Quantitative imaging parameters
Tumour-volume (in cc) at three time-points was determined using region of interest (ROI) drawn manually by an expert radiologist (D.K., > 12 years of experience in cancer imaging) covering whole tumour on b = 800 s/mm2 DWI images with reference to the morphological T1W and T2W images. Quantitative IVIM parameters Diffusion coefficient (D), Perfusion coefficient (D*) and Perfusion fraction (f) and ADC were evaluated in whole tumour-volume at three time-points t0, t1 and t2. IVIM parameters were evaluated using the state-of-the-art IVIM analysis method BE model with adaptive Total Variation (TV) Penalty function (BETV method) . BETV method applies non-linear least-square (NNLS) optimisation for data fitting with adaptive penalty function Total Variation for reconstruction with good SNR and reduces the non-physiological spatial inhomogeneity in estimated parametric images. The product of relative micro-vascular flow and volume (D*.f) was also calculated voxel-wise in tumour-volume and analysed as it provides the information about vascular changes in terms of relative microvascular perfusion or blood flow, analogous to the blood-flow as measured in perfusion imaging . ADC was calculated by a mono-exponential model using b-values ≥ 200 s/mm2 assuming perfusion effect is negligible at higher b-values .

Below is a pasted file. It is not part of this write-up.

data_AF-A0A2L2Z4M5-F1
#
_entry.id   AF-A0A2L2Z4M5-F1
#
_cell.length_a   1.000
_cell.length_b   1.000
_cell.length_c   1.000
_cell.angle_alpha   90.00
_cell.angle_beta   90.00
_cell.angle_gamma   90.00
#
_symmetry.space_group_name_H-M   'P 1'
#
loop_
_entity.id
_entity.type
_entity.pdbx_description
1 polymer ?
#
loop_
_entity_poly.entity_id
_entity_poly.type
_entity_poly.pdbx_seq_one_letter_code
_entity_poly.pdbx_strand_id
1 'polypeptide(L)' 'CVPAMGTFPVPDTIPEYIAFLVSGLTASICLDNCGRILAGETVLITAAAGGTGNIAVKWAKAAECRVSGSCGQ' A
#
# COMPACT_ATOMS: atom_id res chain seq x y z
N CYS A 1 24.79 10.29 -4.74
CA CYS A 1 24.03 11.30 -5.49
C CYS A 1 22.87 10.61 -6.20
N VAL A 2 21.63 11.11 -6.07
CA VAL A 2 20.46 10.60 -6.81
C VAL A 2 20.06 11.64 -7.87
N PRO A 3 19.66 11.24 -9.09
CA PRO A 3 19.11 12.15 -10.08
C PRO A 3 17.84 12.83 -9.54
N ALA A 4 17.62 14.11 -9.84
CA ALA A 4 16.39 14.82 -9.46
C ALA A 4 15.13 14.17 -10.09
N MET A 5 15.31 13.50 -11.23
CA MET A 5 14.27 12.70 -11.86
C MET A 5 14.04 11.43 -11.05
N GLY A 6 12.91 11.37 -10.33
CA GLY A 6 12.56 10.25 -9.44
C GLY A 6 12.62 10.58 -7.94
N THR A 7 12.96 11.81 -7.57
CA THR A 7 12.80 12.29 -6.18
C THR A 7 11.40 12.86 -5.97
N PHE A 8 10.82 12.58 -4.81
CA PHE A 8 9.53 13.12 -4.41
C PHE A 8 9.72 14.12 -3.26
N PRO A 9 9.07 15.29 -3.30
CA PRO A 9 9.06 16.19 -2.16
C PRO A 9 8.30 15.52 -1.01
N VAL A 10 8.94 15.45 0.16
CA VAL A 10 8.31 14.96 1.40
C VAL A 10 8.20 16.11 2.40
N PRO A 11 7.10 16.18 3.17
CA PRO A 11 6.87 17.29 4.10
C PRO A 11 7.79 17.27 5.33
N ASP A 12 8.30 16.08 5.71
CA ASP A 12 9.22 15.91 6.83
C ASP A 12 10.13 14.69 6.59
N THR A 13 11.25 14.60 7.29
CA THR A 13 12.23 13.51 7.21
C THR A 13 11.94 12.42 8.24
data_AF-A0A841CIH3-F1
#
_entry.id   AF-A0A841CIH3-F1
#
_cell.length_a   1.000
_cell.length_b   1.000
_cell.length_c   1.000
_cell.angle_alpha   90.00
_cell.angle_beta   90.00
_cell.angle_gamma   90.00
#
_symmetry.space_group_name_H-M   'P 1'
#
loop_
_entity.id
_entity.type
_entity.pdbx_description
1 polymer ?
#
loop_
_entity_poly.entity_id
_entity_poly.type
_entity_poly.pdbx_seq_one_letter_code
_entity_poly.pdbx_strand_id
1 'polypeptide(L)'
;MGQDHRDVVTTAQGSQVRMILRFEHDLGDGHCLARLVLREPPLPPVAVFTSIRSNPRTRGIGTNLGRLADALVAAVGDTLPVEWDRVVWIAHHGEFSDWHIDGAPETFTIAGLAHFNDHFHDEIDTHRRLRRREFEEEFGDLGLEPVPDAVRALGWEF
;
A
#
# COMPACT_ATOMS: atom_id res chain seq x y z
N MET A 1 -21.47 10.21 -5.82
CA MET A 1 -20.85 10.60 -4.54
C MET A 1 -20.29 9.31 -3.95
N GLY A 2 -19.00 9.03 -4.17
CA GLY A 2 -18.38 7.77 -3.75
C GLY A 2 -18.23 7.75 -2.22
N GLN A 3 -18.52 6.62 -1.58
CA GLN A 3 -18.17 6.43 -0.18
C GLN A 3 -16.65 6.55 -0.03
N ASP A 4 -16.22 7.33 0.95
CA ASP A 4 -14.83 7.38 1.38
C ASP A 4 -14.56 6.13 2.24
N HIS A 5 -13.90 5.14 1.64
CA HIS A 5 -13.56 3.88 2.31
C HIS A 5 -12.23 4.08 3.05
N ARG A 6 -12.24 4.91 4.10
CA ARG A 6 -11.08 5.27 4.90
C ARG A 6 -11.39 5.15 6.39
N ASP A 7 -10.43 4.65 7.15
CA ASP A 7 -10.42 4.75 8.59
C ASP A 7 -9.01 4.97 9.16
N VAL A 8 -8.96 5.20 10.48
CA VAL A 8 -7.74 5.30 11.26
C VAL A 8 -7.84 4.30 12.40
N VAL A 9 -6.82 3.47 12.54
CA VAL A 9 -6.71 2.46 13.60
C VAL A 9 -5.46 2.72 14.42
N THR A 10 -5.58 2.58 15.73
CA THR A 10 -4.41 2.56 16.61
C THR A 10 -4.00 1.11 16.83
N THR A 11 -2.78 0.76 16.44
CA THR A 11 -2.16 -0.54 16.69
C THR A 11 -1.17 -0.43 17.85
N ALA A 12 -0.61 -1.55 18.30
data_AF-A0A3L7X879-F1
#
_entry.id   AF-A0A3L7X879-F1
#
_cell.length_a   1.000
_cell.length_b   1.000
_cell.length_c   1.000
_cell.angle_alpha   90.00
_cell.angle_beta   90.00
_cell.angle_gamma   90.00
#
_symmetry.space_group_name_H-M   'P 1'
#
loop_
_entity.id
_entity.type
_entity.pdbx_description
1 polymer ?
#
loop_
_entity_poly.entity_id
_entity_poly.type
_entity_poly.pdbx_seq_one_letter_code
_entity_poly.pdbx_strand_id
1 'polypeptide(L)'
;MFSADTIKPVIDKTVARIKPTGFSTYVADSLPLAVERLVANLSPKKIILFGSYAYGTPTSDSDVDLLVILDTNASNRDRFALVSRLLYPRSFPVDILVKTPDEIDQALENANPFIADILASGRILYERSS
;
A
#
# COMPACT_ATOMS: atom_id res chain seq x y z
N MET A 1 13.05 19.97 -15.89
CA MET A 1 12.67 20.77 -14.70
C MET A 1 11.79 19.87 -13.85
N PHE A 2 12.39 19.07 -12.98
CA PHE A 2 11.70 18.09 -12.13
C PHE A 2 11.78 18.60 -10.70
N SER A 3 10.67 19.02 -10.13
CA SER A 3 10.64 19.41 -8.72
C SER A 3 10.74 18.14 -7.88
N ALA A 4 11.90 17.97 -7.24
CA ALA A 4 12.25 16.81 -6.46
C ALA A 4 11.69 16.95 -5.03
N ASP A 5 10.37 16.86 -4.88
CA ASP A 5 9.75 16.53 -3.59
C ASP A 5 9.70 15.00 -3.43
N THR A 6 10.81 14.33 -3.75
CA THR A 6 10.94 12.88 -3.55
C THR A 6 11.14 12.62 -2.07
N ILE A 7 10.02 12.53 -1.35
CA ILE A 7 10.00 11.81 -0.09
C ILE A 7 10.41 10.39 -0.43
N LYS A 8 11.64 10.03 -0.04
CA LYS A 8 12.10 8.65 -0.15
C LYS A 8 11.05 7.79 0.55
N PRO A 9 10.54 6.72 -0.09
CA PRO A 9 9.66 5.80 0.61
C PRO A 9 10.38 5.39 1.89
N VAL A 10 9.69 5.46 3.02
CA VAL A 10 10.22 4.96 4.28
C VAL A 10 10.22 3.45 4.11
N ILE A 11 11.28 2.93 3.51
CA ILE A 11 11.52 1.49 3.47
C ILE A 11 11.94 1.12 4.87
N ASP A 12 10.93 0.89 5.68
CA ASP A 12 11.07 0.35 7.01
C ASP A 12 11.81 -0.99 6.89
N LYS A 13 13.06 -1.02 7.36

Goodness-of-fit (R2) and Coefficient-of-variation (CV) were calculated as the measure of precision and reproducibility in IVIM parameter estimation respectively. Histogram analysis of imaging parameters was performed in tumour-volume at three time-points. Eleven (n = 11) histogram parameters: mean, standard-deviation(SD), skewness, kurtosis, energy, entropy, 90th, 75th, 60th, 50th and 25th percentiles and their relative percentage changes between time-points t0–t1(ΔI) and time-points t0–t2(ΔII) were calculated for each patient. Quantitative parameters evaluation and histogram analysis was performed using an in-house built toolbox in MATLAB® (MathWorks Inc., v2017, Philadelphia, USA).
Tumour-volume, alkaline phosphatase (ALP), lactate dehydrogenase (LDH) at baseline, and classical prognostic factors like primary tumour site (axial/pelvic vs peripheral), presence of metastatic disease at diagnosis were evaluated for their potential impact on chemotherapy response and survival outcome as EFS and OS.